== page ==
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Dr. Paige
Dr. Paige, Psychologist
Category: Relationship
Satisfied Customers: 1381
Experience:  Ph.D. Licensed Psychologist
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Im really in a rut. A short while ago, I had lost all hope

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I'm really in a rut. A short while ago, I had lost all hope for a romantic partner that fits what I need. I've fully started focusing on the professional part of my life to make up for this. I had 2 really bad long term relationships, one of which ended in a broken engagement. I'm 27 and its depressing when all I can find is divorced mothers out there in my age group. I'm a mature professional adult that has not made mistakes in life giving me a failed marriage or a mother to a child I'm no longer with. Is it bad that I want someone like that? I want a family, I want my own kids, and I want to have a life long partnership with their mother. Out of the blue one day, at work, our psychologist starts talking. Shes a 31 year old, never been married, no kids, very pretty girl. Above all, she is extremely smart. She seemed semi interested at first, and very interested when she asked to exchange numbers so we could do something that weekend. I was very excited about it. We went out and had some wine and a great night. Both of us had too much to drink and I ended up waking up next to her at her apartment. We fooled around, but we didn't have sex. We talked a little about it and she explained that she has some serious relationship issues but she did want to date again. It seems how she has been dealing with her issues for the past 6 years is going on vacations to whatever country she can think of, she finds a guy, makes a small connection, has sex with him, then keeps him as a friend in the states that she can visit for small pockets of intimacy. She had several of these guys that she told me about. I didn't think that was that serious at first. I figured she was just doing "her thing" until she found someone to anchor down with. We continued dating for a few weeks and it was going great. I actually could see myself being with her very long term. Then she told me she was booking a trip out of state to visit one of her "old friends." She even explained that she felt obligated to tell me because things would most likely get intimate and she wanted to "show respect" for me even though we were not in a serious relationship. I thought about it and I really had a problem with this. Why would someone do something so disrespectful to someone while trying to start a new relationship? I confronted her about it and she canceled the trip. I was quite shocked when she said she really did like me and didn't want something like that coming between us. A week later she drops casually into conversation that she rebooked the trip. This happened after I confronted her about avoiding me for a week. She didn't want to do anything, she was always busy. She said she was trying to distance herself to show respect because she knew I didn't like the idea of the trip. I was quite hurt and stupid, I tried to be the nice understanding guy that I usually am. I woke up the next morning sick to my stomach about it. I finally told her I just couldn't have respect for someone who didn't respect themselves. It got heated and I said some "mean" but extremely honest things. I told her I wanted to see where this goes and I was extremely disappointed she would just throw it all away for habits that have only left her alone and miserable (especially during the holiday season which she explained herself). We stopped talking, and sadly she ended up canceling the trip anyway. I'm not sure if it was the things I said, or other circumstances. Now my problem is I can't get her out of my head. Except for the imperfections, it was so perfect. We had so much in common and both felt and saw the chemistry. Was I wrong in what I did? What do I do now? I just hate feeling hopeless again.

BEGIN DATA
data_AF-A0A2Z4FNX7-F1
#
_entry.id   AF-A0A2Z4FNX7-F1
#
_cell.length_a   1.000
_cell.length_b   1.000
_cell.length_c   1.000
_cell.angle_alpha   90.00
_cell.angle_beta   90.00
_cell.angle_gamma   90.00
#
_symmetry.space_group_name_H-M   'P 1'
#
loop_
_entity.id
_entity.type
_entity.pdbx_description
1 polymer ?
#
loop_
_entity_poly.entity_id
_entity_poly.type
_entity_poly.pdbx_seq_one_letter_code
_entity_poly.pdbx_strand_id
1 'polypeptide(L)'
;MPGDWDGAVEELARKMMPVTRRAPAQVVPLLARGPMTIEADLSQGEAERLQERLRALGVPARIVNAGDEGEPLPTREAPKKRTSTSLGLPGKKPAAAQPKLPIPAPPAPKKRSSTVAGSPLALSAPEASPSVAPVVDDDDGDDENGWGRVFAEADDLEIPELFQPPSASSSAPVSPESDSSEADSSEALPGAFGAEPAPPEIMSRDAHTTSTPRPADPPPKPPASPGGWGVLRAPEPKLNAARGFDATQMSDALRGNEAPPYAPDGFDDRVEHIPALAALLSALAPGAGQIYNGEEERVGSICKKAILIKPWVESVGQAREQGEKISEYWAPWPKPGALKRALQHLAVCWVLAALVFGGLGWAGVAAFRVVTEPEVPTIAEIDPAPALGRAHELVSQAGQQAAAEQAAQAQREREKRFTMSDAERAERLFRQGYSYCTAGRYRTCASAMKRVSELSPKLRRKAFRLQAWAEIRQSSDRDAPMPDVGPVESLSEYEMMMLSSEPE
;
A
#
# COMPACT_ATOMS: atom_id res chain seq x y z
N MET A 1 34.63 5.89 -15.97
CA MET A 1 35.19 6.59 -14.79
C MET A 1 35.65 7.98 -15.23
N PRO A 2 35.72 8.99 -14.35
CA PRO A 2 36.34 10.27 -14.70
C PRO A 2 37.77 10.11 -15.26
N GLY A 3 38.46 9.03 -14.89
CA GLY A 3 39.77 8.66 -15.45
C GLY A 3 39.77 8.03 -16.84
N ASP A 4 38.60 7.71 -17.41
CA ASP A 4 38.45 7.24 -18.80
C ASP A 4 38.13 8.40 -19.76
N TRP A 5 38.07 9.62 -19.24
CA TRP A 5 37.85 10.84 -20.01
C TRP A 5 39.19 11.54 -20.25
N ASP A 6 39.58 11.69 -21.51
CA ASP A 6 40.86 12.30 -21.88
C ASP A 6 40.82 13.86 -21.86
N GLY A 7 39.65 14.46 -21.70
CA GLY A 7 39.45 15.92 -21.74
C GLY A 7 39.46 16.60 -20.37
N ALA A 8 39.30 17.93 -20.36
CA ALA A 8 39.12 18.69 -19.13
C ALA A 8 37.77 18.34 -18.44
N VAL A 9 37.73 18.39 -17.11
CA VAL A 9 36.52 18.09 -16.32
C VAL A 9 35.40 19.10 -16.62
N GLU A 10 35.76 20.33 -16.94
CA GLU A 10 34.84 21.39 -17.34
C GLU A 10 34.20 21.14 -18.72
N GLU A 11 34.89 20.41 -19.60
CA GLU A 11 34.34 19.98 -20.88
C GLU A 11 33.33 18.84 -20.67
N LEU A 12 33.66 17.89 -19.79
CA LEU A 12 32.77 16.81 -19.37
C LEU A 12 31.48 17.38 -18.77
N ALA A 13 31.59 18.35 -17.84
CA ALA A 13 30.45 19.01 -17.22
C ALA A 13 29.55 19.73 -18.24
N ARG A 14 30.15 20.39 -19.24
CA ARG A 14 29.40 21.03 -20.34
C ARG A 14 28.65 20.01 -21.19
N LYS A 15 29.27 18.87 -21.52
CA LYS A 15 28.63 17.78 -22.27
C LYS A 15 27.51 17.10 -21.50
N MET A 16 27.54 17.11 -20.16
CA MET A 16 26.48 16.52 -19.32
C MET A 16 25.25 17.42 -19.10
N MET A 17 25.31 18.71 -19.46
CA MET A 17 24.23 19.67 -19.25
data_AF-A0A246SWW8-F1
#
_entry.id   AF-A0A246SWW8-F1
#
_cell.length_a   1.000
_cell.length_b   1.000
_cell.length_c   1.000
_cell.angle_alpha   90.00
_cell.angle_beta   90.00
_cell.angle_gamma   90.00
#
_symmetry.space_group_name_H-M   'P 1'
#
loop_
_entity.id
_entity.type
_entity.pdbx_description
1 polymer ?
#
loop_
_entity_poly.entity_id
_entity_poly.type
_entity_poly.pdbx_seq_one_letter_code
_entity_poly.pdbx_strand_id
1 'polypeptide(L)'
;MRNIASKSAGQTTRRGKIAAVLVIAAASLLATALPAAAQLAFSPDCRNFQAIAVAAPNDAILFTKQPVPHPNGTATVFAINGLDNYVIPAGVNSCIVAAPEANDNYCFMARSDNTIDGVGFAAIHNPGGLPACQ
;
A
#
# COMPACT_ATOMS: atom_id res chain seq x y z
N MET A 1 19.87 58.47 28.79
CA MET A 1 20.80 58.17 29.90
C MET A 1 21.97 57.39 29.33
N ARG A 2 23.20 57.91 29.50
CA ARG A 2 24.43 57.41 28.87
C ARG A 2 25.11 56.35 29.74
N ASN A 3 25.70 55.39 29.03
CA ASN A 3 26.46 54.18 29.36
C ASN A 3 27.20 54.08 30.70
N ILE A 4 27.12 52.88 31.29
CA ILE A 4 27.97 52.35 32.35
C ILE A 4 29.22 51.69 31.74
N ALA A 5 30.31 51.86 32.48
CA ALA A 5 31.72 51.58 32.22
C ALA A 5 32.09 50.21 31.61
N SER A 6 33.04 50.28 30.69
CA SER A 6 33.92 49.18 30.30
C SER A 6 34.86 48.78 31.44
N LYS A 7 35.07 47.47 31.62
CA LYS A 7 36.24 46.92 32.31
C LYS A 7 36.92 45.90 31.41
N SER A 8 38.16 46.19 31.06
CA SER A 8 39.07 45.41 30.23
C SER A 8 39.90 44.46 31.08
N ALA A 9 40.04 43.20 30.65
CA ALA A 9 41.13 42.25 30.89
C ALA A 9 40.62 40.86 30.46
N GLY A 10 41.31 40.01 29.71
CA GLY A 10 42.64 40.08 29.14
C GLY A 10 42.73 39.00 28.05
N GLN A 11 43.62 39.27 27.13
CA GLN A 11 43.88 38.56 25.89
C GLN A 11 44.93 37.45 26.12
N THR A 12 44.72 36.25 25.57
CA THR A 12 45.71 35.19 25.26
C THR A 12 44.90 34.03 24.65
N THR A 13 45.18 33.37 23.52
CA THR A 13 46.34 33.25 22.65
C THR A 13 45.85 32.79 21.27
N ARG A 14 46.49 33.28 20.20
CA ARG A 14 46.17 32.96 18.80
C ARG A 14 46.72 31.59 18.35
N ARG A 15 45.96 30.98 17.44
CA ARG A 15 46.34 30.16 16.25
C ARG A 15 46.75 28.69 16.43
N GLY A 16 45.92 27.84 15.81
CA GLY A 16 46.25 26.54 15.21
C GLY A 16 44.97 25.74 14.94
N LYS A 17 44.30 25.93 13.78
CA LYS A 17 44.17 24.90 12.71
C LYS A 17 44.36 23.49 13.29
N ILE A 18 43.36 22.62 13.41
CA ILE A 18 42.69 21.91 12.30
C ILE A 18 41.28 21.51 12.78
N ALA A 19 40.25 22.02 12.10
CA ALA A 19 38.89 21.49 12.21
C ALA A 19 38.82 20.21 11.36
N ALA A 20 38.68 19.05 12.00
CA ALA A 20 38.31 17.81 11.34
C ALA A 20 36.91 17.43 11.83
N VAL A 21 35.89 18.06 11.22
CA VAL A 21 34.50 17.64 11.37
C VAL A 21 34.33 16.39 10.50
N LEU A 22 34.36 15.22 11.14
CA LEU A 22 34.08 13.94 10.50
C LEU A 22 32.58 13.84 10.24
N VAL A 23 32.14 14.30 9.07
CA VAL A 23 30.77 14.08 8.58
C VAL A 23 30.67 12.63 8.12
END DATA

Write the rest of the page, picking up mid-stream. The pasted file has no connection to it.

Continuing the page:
Submitted: 3 years ago.
Category: Relationship
Expert:  Dr. Paige replied 3 years ago.